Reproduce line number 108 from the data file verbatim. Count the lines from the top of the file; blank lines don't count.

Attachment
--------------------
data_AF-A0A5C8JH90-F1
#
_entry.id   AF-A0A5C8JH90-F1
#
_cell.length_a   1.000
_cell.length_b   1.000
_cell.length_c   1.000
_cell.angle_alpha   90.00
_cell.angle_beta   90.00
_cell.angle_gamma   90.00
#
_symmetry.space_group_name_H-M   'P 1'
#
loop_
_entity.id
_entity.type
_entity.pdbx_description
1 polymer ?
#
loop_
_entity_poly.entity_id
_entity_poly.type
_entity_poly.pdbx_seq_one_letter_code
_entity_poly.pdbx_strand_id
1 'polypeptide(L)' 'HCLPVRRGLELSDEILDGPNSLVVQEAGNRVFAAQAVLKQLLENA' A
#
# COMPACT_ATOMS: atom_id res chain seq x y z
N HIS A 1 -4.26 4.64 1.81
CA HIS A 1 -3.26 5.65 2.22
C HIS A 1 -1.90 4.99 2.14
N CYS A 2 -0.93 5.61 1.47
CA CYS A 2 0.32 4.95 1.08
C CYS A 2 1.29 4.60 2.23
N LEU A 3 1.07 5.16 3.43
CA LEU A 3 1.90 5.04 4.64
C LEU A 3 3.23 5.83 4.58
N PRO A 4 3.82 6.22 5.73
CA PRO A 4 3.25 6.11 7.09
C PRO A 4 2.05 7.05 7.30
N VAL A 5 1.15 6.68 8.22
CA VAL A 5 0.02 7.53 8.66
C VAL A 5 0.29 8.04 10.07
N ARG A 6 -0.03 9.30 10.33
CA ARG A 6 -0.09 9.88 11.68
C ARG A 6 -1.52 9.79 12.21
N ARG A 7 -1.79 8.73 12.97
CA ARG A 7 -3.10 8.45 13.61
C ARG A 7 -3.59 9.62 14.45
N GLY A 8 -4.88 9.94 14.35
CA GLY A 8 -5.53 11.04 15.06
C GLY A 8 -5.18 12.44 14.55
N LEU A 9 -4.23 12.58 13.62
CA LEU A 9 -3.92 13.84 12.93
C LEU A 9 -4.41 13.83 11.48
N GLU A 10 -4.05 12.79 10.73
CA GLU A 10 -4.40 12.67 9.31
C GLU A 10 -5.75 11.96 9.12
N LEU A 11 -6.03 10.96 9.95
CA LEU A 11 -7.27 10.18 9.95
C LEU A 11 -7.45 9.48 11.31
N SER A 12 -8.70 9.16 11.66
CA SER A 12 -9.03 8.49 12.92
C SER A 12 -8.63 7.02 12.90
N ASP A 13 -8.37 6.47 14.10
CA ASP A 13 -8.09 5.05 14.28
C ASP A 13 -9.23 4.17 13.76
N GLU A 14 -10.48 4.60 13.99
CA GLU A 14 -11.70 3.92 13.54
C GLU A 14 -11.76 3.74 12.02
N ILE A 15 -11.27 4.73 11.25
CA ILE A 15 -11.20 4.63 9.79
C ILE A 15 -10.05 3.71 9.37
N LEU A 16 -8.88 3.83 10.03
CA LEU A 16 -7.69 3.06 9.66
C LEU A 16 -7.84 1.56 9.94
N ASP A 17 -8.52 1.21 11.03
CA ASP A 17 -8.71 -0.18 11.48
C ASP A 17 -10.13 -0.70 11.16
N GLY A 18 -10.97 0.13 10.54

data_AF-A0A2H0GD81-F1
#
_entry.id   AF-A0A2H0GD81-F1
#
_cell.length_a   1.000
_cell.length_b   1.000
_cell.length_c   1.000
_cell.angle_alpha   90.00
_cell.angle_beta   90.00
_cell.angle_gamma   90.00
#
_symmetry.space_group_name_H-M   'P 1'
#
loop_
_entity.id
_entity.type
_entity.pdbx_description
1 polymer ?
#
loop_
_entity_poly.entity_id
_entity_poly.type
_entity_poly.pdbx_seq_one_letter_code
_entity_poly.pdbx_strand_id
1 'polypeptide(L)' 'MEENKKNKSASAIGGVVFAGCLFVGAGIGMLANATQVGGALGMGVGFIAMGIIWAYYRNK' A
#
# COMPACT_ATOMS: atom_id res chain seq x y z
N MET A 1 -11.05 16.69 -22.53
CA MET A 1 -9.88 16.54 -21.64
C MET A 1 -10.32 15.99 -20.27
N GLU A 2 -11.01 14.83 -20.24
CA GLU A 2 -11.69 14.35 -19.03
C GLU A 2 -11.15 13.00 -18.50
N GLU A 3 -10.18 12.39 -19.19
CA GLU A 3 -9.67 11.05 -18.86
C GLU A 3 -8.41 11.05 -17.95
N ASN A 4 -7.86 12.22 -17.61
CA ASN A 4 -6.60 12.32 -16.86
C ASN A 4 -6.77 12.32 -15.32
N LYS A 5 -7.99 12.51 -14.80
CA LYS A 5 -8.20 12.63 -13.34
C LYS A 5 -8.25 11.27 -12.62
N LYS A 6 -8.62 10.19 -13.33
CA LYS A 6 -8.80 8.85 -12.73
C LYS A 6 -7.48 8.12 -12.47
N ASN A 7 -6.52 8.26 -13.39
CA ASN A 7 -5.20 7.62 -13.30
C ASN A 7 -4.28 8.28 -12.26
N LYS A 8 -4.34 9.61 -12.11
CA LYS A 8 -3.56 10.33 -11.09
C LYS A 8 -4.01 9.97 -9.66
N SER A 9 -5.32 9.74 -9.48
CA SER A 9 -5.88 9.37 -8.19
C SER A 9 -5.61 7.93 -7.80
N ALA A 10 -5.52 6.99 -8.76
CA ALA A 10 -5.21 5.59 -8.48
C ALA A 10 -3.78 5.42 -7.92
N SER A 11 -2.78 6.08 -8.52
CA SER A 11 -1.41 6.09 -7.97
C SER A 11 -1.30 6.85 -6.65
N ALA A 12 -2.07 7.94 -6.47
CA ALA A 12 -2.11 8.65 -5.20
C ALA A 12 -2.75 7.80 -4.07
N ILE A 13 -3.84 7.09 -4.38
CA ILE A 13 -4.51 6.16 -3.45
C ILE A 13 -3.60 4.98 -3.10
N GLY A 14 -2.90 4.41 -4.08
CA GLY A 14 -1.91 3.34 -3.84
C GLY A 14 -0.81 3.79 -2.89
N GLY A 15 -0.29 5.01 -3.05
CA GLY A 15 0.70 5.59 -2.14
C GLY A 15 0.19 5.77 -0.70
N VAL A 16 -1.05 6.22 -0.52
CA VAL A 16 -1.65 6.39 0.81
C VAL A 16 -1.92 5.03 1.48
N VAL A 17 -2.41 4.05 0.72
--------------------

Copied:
CA MET A 1 -9.88 16.54 -21.64